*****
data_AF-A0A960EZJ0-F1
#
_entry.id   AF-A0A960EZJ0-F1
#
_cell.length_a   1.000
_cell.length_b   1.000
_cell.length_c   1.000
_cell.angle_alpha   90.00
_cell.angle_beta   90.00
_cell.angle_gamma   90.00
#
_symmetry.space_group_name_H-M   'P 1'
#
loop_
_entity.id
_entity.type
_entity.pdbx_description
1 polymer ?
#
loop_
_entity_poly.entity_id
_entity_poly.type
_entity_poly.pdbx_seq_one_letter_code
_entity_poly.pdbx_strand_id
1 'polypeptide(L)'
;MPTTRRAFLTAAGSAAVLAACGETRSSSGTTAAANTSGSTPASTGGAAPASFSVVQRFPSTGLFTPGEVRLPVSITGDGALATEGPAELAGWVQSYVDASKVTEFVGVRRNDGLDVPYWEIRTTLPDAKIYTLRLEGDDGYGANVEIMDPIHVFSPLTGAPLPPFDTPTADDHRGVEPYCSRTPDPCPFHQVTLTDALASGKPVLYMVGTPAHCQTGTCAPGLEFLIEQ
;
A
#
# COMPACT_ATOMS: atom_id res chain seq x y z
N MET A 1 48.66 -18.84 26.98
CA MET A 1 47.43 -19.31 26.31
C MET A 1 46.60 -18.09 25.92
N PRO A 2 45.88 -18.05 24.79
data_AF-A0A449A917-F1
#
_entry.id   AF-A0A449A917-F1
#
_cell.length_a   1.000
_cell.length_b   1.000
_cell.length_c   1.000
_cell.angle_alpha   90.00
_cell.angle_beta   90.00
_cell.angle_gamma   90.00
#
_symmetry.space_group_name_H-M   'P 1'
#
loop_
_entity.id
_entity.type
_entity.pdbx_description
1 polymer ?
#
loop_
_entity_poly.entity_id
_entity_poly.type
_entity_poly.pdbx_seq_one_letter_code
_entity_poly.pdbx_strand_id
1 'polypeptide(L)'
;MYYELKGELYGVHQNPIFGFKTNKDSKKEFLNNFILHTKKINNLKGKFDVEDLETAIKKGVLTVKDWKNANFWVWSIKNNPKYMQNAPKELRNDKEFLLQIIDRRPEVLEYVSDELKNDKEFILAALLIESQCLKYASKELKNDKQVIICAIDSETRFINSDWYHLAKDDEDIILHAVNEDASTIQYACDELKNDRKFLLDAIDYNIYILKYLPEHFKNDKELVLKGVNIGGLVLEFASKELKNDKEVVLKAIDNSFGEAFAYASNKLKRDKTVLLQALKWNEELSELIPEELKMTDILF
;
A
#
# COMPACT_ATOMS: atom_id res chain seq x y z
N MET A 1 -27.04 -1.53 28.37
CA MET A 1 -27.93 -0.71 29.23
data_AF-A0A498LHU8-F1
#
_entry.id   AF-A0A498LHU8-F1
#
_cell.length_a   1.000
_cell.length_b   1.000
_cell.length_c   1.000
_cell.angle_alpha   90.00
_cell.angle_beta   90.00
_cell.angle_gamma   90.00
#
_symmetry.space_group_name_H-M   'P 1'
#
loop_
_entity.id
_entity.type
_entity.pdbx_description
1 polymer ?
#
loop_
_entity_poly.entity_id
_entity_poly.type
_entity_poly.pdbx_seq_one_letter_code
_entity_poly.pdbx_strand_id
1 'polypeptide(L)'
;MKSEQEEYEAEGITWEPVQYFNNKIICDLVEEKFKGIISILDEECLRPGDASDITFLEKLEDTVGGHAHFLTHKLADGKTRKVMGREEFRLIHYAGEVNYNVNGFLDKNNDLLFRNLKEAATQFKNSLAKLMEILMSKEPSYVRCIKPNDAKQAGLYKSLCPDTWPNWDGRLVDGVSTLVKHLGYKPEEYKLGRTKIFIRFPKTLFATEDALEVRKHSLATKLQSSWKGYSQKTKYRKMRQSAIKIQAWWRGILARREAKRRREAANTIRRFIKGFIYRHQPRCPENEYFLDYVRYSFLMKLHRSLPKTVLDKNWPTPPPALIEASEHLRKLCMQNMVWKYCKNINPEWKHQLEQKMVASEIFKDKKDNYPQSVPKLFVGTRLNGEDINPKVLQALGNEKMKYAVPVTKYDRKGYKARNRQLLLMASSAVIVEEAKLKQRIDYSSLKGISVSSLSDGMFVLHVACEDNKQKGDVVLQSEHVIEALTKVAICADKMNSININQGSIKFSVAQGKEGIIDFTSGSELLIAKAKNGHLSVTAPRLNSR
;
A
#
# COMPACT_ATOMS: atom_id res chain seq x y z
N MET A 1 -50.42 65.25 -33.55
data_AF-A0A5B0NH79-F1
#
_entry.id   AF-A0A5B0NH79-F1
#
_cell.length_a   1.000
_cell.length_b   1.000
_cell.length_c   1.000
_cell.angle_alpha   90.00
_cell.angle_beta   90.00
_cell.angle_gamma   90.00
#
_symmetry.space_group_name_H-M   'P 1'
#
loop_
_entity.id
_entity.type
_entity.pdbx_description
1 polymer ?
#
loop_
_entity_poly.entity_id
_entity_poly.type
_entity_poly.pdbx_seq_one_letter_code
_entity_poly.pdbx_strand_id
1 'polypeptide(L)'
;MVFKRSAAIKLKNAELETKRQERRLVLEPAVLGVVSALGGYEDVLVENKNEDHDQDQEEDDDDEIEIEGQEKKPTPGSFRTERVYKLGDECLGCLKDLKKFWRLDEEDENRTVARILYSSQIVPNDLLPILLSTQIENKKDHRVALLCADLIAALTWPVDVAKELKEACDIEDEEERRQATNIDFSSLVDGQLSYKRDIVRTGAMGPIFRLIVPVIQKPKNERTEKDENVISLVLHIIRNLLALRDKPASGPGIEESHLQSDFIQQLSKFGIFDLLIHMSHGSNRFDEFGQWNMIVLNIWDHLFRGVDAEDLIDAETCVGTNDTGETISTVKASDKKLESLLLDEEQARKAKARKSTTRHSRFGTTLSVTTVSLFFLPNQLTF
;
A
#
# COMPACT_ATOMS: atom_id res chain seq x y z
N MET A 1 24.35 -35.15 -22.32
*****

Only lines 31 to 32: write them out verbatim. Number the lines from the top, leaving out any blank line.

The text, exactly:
N MET A 1 48.66 -18.84 26.98
CA MET A 1 47.43 -19.31 26.31